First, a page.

UWA deploys refrigerator for quantum research

 

Device enables experimentation near absolute zero temperature.

Western Australian researchers have deployed a custom-built refrigerator to investigate how quantum mechanics may be applied to future electronic devices.

The BlueFors dry dilution refrigerator was intended for experiments at extremely low temperatures, at which there would be minimal interference from environmental factors.

It had an interior temperature of less than eight thousandths of a degree above the coldest temperature possible – ‘absolute zero’, at -273 degrees Celcius.

Jointly funded by the University of Western Australia (UWA) and the Australian Research Council (ARC), the $400,000 machine was made in Finland and had $50,000 worth of rare, Helium 3 gas.

Michael Tobar, UWA node manager of the ARC’s Engineered Quantum Systems (EQuS) centre said he had requested such a machine for over a decade but funding was only granted when public awareness of applications like quantum computing grew.

“We’re not actually interested in a quantum computer,” he told iTnews, highlighting ARC’s separate Centre for Quantum Computation and Communication Technology in Australia’s eastern states.

“We’re interested in engineering other devices which might be useful for the future ... new areas, rather than quantum computing and cryptography and all that.”

One such device could simulate photosynthesis, he said, referring to the chemical process by which plants converted light and carbon dioxide into oxygen and useable energy.

In 2007, biophysicists from the University of California, Berkeley, reported that photosynthesis was much more efficient than man-made solar cells because electrons used a natural equivalent of the quantum Grover’s algorithm.

“Photosynthesis is a quantum mechanical phenomenon,” Tobar said.

“We’re using all the same systems as a quantum computer, but building every type of system other than a quantum computer.”

With collaborators from the University of California, Santa Barbara, the EQuS team also planned to build the largest quantum machine to date.

Science magazine credited Santa Barbara physicist Aaron O’Connell and his colleagues with the 2010 Breakthrough of the Year for a micrometre-scale quantum machine. Tobar hoped to extend O’Connell’s principles to a “fist-sized” machine, about 50 millimetres wide.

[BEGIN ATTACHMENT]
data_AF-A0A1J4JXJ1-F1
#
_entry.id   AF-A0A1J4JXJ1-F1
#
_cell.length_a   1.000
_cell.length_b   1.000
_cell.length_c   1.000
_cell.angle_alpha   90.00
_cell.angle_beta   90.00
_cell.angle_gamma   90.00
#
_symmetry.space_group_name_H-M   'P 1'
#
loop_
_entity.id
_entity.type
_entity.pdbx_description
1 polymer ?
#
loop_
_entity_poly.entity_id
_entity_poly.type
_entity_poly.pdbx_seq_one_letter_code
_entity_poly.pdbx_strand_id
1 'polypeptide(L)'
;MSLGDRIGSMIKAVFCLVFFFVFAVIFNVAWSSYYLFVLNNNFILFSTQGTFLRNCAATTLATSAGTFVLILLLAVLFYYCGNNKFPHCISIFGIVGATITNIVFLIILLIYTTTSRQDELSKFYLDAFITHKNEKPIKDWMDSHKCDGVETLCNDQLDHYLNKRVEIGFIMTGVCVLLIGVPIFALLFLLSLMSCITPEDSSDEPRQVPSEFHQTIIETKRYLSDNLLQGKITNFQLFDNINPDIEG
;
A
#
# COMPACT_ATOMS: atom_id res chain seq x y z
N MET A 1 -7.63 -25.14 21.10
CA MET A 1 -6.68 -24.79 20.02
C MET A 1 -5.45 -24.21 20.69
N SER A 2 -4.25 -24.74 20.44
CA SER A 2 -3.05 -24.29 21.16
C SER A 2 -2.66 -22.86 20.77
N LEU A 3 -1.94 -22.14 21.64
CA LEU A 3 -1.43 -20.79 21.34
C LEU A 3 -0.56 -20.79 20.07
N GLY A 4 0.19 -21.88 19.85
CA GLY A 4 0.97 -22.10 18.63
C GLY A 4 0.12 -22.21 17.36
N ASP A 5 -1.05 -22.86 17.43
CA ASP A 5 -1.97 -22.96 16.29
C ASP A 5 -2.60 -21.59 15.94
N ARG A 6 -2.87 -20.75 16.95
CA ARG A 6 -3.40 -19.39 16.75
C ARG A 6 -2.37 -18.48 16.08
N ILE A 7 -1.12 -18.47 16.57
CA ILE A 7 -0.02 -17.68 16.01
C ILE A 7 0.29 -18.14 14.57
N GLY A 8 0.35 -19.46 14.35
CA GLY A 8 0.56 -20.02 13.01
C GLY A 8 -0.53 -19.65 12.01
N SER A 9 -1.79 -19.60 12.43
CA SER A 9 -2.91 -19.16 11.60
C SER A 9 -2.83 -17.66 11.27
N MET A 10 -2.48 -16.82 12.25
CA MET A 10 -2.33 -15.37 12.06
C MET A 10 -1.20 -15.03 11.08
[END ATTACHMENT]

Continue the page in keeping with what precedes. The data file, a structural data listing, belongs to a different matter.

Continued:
Speaking at the TED conference last Wednesday, O’Connell described the resonator as a “diving board-shaped chunk of metal” that could simultaneously vibrate and not vibrate, in accordance with quantum theory.

O’Connell likened the experimental conditions – a vacuum at 0.025 of a degree Celcius above absolute zero (pdf) – to an empty elevator, in which a lone passenger could behave freely.

“[We kicked] out all the other passengers,” he said.  “All alone in an elevator, the little chunk of metal is free to act however it wants.”

Tobar described quantum mechanics as a “new and untapped resource” that could be linked with engineering, chemistry and biology to yield complex, multi-component systems.

“Long-standing questions in fundamental physics will be addressed ... and sophisticated technologies will be developed for 21st century Australian industries,” he stated.

Copyright © iTnews.com.au . All rights reserved.


UWA deploys refrigerator for quantum research
 
 
 
Top Stories
Meet FABACUS, Westpac's first computer
GE225 operators celebrate gold anniversary.
 
NSW Govt gets ready to throw out the floppy disks
[Opinion] Dominic Perrottet says its time for government to catch up.
 
iiNet facing new copyright battle with Hollywood
Fighting to protect customer details.
 
 
Sign up to receive iTnews email bulletins
   FOLLOW US...
Latest Comments
Polls
In which area is your IT shop hiring the most staff?




   |   View results
IT security and risk
  26%
 
Sourcing and strategy
  12%
 
IT infrastructure (servers, storage, networking)
  21%
 
End user computing (desktops, mobiles, apps)
  15%
 
Software development
  26%
TOTAL VOTES: 336

Vote
Would your InfoSec team be prepared to share threat data with the Australian Government?

   |   View results
Yes
  57%
 
No
  43%
TOTAL VOTES: 139

Vote